The appeal does not appear, by the records of the Assembly or House of Burgesses of Virginia, to have been actually presented before the highest colonial court for action during the year 1683. "Mr. Lawrence Washington," at the date of appear, was the brother-in-law of Francis Wright, Gent., who had married Anne Washington a year or two before 1682. The exact date of the marriage is not recorded, but the fact that her son, John Wright, became aged twenty-one in or before 1704 fixes the marriage date approximately. Anne Washington was named as unmarried in her father Col. JohnWashington's will dated 21 September 1675; he died in 1677, between August 14 and September 26; Anne is not specified in that year, in the settlement of the estate, as being then married. Without detailing, at this moment, the various reflections which hedge in the marriage date approximately, they may be said to confine the period to 1679-82, when Francis Wright was aged between twenty and twenty-three, while she could not have been older, as her father Col. John Washington's letter to Josias Fendall, governor of Maryland, dated 30 September 1659, shows that Lawrence, his first child in America, was born shortly previous to that date. {Records of the Provinciall Court For this Province of Maryland Beginning the five & Twentieth of March Ano Dni 1658, No. 1, liber 3, page 297.} It has been supposed that the "Ann Wright" who signed her name as a witness to Madam Spencer's letter of attorney on July 25, 1677, as foresaid, might have been Ann (Washington) Wright; but the latter could not possibly have been aged over seventeen on that date, and her home was on Pope's creek, twenty miles from Nomini; whereas Ann Wright, sister of Francis Wright, easily could have been then older and a legal witness, while her presence at Nomini is explained by her then being a ward of Col. and Madam Spencer. Anne (Washington) Wright's mother, Ann (Pope) Washington, daughter of Lt. Col. Nathanial Pope, died more than six years previous to the writing of her husband Col. John Washington's will, dated September 21, 1675, as the now well-known fact of Col. Washington's second and third marriages proves, his first marriage having been in the winter of 1658, to the said Ann Pope, as more at large appears hereinafter. Several deeds prove the marriage of Francis Wright, Gent., to Anne, daughter of Col. John and Ann (Pope) Washington, notably one in the Richard County, Virginia, court Order Book No. 4 1692 to 1709, at Warsaw, entered at the session of February 4, 1907(?), to wit: "The Jury finds that Col. John Washington being seized of 1,400 acres of land in Rappahannock County by his last will gave the same to Anne, his daughter, who married Francis Wright, Gent., by whom he had a son John."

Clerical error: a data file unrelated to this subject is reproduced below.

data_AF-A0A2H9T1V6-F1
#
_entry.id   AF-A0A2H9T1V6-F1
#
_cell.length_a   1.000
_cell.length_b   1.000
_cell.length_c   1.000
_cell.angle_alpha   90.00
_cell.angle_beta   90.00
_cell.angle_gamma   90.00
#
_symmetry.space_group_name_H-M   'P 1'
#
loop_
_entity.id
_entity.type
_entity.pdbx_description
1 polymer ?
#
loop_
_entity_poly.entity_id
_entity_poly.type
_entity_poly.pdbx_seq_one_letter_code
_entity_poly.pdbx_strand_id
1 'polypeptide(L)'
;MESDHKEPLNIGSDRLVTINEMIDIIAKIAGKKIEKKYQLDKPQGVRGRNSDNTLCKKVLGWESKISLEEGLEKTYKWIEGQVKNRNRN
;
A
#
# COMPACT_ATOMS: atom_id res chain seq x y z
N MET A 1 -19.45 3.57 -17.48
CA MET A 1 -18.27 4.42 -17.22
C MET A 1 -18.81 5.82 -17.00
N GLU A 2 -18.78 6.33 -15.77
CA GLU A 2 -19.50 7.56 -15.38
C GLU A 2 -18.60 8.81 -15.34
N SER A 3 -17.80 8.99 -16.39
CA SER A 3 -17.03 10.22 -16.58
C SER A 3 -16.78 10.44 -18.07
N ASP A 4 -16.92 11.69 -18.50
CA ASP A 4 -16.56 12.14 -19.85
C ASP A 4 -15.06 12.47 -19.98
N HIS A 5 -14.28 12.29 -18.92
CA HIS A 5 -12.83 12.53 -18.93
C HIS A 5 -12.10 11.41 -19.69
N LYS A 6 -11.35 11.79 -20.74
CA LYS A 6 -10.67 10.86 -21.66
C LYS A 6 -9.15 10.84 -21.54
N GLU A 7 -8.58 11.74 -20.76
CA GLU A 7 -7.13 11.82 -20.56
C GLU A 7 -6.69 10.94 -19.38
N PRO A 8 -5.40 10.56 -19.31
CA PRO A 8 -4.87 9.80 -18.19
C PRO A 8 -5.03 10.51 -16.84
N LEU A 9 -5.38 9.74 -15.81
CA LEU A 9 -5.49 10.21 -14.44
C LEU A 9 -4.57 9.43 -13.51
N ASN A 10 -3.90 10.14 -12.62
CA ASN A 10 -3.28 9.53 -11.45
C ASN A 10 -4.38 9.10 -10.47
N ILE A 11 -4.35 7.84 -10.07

*Ann Wright, daughter of Capt. Richard and Ann (Mottrom ) Wright married George Nicholas Hacke, born in Accomac county, Virginia, son of Dr. George Hacke, born at Cologne, Germany, 1623, and his wife Anna, daughter of Augustine Herman, "founder and lord of the great manor of Bohemia, extending from Chesapeake bay (in Cecil county, Maryland) across Delaware to the Delaware river."

*I neglected to get the reference of this information.

Mottrom Wright, died without issue.